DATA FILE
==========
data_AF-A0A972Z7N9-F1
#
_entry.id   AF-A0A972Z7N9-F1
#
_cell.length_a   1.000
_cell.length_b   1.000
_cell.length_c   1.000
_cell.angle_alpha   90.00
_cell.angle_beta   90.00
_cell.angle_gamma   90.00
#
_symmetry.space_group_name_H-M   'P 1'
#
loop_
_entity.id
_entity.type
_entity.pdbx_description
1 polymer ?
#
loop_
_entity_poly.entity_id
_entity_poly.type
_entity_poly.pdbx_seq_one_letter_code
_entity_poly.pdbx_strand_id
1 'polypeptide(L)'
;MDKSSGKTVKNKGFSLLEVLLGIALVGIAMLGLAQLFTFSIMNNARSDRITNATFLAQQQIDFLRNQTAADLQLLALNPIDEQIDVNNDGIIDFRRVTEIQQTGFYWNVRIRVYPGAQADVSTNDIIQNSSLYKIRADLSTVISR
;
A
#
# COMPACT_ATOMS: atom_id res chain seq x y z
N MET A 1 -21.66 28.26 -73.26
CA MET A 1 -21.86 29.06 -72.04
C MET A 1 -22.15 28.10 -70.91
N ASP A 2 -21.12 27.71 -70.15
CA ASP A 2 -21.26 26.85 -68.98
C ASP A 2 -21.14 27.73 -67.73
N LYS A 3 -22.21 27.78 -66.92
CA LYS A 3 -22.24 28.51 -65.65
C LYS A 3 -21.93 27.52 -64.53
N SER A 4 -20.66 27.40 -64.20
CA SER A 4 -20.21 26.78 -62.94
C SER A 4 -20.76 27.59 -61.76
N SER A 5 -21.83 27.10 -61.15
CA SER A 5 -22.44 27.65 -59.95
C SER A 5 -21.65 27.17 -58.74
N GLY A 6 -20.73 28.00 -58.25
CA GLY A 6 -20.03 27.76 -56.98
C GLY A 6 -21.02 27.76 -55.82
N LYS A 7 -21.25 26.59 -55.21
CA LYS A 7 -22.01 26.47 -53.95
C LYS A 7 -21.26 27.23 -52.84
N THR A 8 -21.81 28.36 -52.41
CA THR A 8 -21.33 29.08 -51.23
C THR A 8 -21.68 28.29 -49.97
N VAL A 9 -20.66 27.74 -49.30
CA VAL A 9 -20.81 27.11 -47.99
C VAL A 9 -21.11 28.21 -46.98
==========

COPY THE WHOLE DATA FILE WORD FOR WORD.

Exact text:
data_AF-A0A972Z7N9-F1
#
_entry.id   AF-A0A972Z7N9-F1
#
_cell.length_a   1.000
_cell.length_b   1.000
_cell.length_c   1.000
_cell.angle_alpha   90.00
_cell.angle_beta   90.00
_cell.angle_gamma   90.00
#
_symmetry.space_group_name_H-M   'P 1'
#
loop_
_entity.id
_entity.type
_entity.pdbx_description
1 polymer ?
#
loop_
_entity_poly.entity_id
_entity_poly.type
_entity_poly.pdbx_seq_one_letter_code
_entity_poly.pdbx_strand_id
1 'polypeptide(L)'
;MDKSSGKTVKNKGFSLLEVLLGIALVGIAMLGLAQLFTFSIMNNARSDRITNATFLAQQQIDFLRNQTAADLQLLALNPIDEQIDVNNDGIIDFRRVTEIQQTGFYWNVRIRVYPGAQADVSTNDIIQNSSLYKIRADLSTVISR
;
A
#
# COMPACT_ATOMS: atom_id res chain seq x y z
N MET A 1 -21.66 28.26 -73.26
CA MET A 1 -21.86 29.06 -72.04
C MET A 1 -22.15 28.10 -70.91
N ASP A 2 -21.12 27.71 -70.15
CA ASP A 2 -21.26 26.85 -68.98
C ASP A 2 -21.14 27.73 -67.73
N LYS A 3 -22.21 27.78 -66.92
CA LYS A 3 -22.24 28.51 -65.65
C LYS A 3 -21.93 27.52 -64.53
N SER A 4 -20.66 27.40 -64.20
CA SER A 4 -20.21 26.78 -62.94
C SER A 4 -20.76 27.59 -61.76
N SER A 5 -21.83 27.10 -61.15
CA SER A 5 -22.44 27.65 -59.95
C SER A 5 -21.65 27.17 -58.74
N GLY A 6 -20.73 28.00 -58.25
CA GLY A 6 -20.03 27.76 -56.98
C GLY A 6 -21.02 27.76 -55.82
N LYS A 7 -21.25 26.59 -55.21
CA LYS A 7 -22.01 26.47 -53.95
C LYS A 7 -21.26 27.23 -52.84
N THR A 8 -21.81 28.36 -52.41
CA THR A 8 -21.33 29.08 -51.23
C THR A 8 -21.68 28.29 -49.97
N VAL A 9 -20.66 27.74 -49.30
CA VAL A 9 -20.81 27.11 -47.99
C VAL A 9 -21.11 28.21 -46.98